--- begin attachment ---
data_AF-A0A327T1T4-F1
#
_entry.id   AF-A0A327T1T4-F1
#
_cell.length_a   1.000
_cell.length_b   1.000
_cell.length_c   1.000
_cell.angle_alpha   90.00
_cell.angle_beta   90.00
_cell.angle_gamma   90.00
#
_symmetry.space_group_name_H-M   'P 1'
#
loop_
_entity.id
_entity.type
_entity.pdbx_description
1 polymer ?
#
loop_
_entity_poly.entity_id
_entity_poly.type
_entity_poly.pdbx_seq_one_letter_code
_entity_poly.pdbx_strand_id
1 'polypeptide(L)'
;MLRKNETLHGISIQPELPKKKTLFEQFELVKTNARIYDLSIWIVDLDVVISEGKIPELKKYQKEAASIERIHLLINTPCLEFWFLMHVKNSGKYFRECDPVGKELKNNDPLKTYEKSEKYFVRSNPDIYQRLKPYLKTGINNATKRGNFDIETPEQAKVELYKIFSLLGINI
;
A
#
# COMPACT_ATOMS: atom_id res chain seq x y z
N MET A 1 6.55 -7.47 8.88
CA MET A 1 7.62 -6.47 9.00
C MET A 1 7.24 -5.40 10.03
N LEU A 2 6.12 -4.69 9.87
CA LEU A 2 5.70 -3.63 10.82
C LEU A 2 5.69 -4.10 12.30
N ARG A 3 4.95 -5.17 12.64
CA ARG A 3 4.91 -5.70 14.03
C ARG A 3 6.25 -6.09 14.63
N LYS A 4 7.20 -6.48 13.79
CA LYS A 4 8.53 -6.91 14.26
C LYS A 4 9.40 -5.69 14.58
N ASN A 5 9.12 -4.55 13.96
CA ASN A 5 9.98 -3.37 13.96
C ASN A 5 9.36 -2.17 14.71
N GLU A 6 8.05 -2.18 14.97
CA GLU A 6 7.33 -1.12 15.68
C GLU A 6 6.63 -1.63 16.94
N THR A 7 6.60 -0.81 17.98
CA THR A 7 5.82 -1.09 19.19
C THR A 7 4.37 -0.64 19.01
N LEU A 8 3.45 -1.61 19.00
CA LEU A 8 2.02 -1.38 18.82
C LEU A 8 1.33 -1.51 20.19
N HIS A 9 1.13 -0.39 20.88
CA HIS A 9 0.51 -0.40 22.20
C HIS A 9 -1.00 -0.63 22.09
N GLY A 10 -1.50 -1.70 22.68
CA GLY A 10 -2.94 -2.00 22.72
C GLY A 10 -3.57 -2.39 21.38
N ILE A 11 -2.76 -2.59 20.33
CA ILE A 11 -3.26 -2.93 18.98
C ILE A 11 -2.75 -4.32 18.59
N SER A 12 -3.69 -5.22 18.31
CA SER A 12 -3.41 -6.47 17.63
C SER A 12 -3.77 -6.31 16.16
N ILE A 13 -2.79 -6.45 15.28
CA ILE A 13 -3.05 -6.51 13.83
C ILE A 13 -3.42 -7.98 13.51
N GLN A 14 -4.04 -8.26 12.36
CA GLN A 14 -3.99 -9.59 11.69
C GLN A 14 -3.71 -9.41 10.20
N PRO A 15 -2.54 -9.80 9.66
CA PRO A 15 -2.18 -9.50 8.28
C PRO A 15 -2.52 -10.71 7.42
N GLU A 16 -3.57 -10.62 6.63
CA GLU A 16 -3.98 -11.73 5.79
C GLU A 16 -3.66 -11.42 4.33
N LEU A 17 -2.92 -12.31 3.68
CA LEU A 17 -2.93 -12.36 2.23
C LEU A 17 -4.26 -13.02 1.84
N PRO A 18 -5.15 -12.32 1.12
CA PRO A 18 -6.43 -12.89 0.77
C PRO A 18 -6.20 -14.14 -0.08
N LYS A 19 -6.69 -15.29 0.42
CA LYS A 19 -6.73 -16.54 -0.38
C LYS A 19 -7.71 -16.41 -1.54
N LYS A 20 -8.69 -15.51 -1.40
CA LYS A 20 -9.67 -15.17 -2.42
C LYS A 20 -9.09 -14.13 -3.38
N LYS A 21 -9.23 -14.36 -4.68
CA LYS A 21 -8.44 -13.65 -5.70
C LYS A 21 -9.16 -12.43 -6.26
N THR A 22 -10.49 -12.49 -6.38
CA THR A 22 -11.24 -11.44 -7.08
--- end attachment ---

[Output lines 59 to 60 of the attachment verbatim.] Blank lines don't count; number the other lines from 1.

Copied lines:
CA GLY A 10 -2.94 -2.00 22.72
C GLY A 10 -3.57 -2.39 21.38